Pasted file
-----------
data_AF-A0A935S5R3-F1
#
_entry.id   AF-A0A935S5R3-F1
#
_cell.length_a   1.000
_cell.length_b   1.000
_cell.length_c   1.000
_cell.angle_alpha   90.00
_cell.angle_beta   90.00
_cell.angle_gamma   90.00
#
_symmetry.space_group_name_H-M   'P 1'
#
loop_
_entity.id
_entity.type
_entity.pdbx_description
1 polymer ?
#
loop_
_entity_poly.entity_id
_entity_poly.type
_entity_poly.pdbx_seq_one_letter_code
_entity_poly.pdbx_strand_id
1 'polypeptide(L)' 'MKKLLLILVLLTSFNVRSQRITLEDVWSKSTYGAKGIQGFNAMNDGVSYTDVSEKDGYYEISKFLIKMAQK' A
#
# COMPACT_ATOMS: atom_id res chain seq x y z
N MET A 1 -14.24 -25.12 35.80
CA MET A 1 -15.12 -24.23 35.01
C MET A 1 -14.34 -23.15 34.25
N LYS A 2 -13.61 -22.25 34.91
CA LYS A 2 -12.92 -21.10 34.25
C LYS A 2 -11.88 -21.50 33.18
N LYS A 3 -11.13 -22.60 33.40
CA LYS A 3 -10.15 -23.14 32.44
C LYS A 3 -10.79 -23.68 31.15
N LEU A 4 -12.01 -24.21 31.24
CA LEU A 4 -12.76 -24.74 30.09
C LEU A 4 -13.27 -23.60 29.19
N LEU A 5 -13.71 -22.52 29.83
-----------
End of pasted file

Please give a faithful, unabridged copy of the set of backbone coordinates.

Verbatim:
data_AF-A0A935S5R3-F1
#
_entry.id   AF-A0A935S5R3-F1
#
_cell.length_a   1.000
_cell.length_b   1.000
_cell.length_c   1.000
_cell.angle_alpha   90.00
_cell.angle_beta   90.00
_cell.angle_gamma   90.00
#
_symmetry.space_group_name_H-M   'P 1'
#
loop_
_entity.id
_entity.type
_entity.pdbx_description
1 polymer ?
#
loop_
_entity_poly.entity_id
_entity_poly.type
_entity_poly.pdbx_seq_one_letter_code
_entity_poly.pdbx_strand_id
1 'polypeptide(L)' 'MKKLLLILVLLTSFNVRSQRITLEDVWSKSTYGAKGIQGFNAMNDGVSYTDVSEKDGYYEISKFLIKMAQK' A
#
# COMPACT_ATOMS: atom_id res chain seq x y z
N MET A 1 -14.24 -25.12 35.80
CA MET A 1 -15.12 -24.23 35.01
C MET A 1 -14.34 -23.15 34.25
N LYS A 2 -13.61 -22.25 34.91
CA LYS A 2 -12.92 -21.10 34.25
C LYS A 2 -11.88 -21.50 33.18
N LYS A 3 -11.13 -22.60 33.40
CA LYS A 3 -10.15 -23.14 32.44
C LYS A 3 -10.79 -23.68 31.15
N LEU A 4 -12.01 -24.21 31.24
CA LEU A 4 -12.76 -24.74 30.09
C LEU A 4 -13.27 -23.60 29.19
N LEU A 5 -13.71 -22.52 29.83